Bream Head Reserve from Manaia

Rangers Report May 2018

In our new Geographic Information System (GIS) you can see we now have a very tight network of mustelid and feral cat traps around the entire reserve.

“Tangi te kaka, tangi te korimako, ka tangi au!” (Like the song/cry of the kaka, like the song/cry of the bellbird, now it’s my time to sing.) I just thought I would use this nice Maori chant (usually used at the start of a speech) to start this month’s report and ‘sing’ about the very real increased sightings and song of our self-repatriated kaka and korimako/bellbird. Of course, there are many other birds showing an increased abundance also, such as miromiro/North Island tomtit, riroriro/grey warbler, tui, tauhou/silver eye, piwakawaka/fantail, kukupa/wood pigeon, and ruru/morepork. Excitingly on the back of last season’s positive outcome, even the breeding calls of Oi/grey faced petrel are being heard and recorded all through the coastal side of the reserve. I know there is potential for bird numbers to fluctuate in projects like this, so I do hope that this recent trend of increased bird abundance continues through the seasons to come, it’s so empowering to know that the hard work and dedication from so many provides such enjoyable, real outcomes.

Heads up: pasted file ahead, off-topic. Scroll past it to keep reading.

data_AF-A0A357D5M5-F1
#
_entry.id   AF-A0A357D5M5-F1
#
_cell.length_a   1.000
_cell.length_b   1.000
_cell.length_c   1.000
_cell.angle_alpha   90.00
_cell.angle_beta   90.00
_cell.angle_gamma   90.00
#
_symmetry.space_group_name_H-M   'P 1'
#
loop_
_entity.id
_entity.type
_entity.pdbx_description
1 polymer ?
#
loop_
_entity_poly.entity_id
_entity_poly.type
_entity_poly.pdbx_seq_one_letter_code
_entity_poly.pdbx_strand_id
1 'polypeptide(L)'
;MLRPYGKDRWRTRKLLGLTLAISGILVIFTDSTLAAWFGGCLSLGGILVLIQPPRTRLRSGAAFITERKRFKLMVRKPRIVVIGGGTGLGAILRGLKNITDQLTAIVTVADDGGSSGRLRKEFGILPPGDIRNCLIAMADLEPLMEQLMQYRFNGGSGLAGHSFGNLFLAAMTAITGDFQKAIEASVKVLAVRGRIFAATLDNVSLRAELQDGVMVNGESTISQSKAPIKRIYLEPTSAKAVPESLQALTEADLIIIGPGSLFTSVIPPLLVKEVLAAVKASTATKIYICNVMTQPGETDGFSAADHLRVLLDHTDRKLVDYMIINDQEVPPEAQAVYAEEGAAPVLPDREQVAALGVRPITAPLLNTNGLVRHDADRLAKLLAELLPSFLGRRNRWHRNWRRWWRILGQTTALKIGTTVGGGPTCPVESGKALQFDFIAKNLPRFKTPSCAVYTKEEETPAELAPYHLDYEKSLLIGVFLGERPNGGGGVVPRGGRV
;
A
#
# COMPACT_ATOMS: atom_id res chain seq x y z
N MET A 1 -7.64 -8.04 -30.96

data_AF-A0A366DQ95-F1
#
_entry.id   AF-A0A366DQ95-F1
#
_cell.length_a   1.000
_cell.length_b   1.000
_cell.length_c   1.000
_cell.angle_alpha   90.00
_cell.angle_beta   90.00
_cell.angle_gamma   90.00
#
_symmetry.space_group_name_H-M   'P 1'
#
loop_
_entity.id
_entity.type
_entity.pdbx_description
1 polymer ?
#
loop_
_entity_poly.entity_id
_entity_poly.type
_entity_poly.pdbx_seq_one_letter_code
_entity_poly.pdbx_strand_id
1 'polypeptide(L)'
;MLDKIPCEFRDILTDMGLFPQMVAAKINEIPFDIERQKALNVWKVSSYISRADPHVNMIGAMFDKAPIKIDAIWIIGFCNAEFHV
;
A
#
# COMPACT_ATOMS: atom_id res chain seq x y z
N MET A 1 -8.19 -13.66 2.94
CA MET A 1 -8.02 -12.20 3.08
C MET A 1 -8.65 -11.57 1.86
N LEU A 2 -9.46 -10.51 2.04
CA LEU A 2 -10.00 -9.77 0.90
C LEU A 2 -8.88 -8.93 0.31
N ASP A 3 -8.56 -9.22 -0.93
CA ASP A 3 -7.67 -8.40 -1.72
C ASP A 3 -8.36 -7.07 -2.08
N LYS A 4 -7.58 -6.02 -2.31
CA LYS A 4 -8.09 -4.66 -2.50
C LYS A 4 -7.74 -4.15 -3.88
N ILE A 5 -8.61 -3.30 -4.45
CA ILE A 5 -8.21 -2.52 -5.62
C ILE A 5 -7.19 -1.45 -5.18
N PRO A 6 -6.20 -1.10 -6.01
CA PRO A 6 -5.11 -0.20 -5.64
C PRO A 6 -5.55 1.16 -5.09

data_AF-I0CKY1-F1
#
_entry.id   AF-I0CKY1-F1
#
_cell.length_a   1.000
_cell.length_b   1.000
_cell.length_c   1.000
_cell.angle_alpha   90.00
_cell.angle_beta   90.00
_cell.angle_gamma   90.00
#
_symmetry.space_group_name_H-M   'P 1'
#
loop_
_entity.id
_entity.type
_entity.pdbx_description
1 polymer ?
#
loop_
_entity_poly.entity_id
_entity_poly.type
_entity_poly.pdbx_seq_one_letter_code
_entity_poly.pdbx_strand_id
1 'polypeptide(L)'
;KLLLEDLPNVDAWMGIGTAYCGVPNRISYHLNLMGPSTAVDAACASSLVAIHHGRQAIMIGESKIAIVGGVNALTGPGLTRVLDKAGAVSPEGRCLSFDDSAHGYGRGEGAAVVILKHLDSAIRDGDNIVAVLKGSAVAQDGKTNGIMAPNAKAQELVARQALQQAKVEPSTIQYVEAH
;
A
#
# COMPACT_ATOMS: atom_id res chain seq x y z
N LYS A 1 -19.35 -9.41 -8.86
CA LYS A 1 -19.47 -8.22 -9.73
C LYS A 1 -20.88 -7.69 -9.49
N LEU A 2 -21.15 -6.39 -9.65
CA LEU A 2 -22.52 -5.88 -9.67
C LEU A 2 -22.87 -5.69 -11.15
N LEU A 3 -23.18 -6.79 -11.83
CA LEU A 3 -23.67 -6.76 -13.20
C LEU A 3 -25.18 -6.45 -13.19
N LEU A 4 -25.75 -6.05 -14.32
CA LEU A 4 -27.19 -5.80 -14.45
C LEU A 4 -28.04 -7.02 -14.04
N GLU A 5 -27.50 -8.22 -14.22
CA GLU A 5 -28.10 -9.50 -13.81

Planting despite Myrtle Rust

During May, the Trust has also over sprayed the planting site at Home Bay from last winter, as part of a plan to utilise a proven revegetation method of laying a thicker composition of Manuka slash laden with seed. This plant revegetation system has had to been utilised in order to revegetate this area now that we are not able to use nursery raised seedlings due to the threat of inadvertent spread of Myrtle Rust. In the photo below you can see our two dedicated volunteers Bill Mallett and Geoff Pike trudging the spray gear by barrow over to Home Bay and then carefully clearing away weeds from around seedlings that did strike from last winters effort.

Bill Mallett and Geoff Pike

GIS mapping tool is the Bees Knees

Our increased weed control programme and new trap lines have been added into a new Geographic Information System (GIS) mapping programme the Trust is using to assist our effort. This system will provide the team with maps upon which we can layer all the different kinds of work we do over the reserve topography for good reporting and to utilise in pest management and species monitoring. In the map shown at the top of the page I wanted to show you the new BHCT mustelid and feral cat trap line running from Peach Cove Hut to Smugglers Beach. Up to now we had BHCT mustelid and feral cat traps in a line from the radar station over to the south side below Te Whara and along to Peach Cove Hut. You can see we now have a very tight network of mustelid and feral cat traps around the entire reserve.

Read the Full Report (1.8MB pdf) for more on these and other stories.